To determine on a large scale the multiple medical and nonmedical factors that influence glycemic control in the general population of children with diabetes, we performed a nationwide French cross-sectional study.
We enrolled 2,579 patients aged 1–19 years with type 1 diabetes of > 1 year's duration. The study was center based: 270 centers were identified, 206 agreed to participate, and 147 included at least 90% of their patients. Questionnaires were completed by physicians interviewing patients and family, and HbA1c measurements were centralized. To identify explanatory variables for HbA1c level and frequency of severe hypoglycemia, we performed multiple regression analysis using all the quantitative variables collected and stepwise logistic regression for the qualitative variables.
Mean HbA1c value for the whole population was 8.97 ± 1.98% (normal 4.7 ± 0.7% [SD]). Only 19 children (0.7%) had ketoacidosis during the 6 months before the study, whereas 593 severe hypoglycemia events occurred in 338 children (13.8%). Control was better in university-affiliated hospitals and centers following > 50 patients, reflecting the importance of access to experienced diabetologists. Children had a mean of 2.3 injections, allegedly performed 2.8 glucose measurements per day, and were seen an average of 4.6 times per year at the center. In the multiple regression analysis, 94% of the variance of HbA1c was explained by our pool of selected variables, with the highest regression coefficient between HbA1c and age (Rc = 0.43, P < 0.0001), then with daily insulin dosage per kilogram (Rc = 0.28, P < 0.0001), mother's age (Rc = 0.26, P < 0.0001), frequency of glucose measurements (Rc = 0.21, P < 0.0001), and diabetes duration (Rc = 0.14, P < 0.0001). Logistic regression identified quality of family support and dietary compliance, two related qualitative and possibly subjective variables, as additional explanatory determinants of HbA1c. The frequency of severe hypoglycemia was 45 per 100 patient-years and correlated with diabetes duration, but not with HbA1c levels or other variables.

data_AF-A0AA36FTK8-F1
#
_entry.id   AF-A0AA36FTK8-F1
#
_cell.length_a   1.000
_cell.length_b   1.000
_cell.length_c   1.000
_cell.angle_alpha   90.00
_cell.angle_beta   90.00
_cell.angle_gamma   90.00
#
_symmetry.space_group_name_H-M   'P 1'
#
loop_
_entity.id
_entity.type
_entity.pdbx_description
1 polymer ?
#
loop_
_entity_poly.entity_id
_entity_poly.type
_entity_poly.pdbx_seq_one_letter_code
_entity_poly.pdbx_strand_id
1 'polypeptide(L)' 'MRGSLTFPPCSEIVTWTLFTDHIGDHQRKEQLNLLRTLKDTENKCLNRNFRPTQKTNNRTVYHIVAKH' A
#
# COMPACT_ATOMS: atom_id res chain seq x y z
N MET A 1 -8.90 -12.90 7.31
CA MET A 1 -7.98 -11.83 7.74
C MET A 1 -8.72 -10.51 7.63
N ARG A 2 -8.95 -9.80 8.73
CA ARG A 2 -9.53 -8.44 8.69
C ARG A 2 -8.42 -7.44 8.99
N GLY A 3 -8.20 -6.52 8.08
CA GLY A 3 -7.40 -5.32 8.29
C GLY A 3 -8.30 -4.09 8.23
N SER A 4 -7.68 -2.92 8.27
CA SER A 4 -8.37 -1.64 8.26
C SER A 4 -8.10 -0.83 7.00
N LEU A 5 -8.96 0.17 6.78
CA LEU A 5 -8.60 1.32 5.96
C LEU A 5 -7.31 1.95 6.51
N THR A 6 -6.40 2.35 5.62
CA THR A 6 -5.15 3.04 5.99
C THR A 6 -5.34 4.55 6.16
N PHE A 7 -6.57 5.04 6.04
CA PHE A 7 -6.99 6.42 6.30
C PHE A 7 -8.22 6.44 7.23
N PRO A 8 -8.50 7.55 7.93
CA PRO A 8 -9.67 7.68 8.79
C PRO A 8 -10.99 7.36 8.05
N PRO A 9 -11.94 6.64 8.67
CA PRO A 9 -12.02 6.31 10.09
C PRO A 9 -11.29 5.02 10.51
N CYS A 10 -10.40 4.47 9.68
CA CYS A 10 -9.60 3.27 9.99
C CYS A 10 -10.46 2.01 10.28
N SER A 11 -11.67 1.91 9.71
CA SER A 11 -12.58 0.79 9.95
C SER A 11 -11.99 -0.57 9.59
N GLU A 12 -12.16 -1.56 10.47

Although overall results remain unsatisfactory, 33% of studied French children with type 1 diabetes had HbA1c <8%, the value obtained in Diabetes Control and Complications Trial adolescents treated intensively. Diabetes management in specialized centers should be encouraged.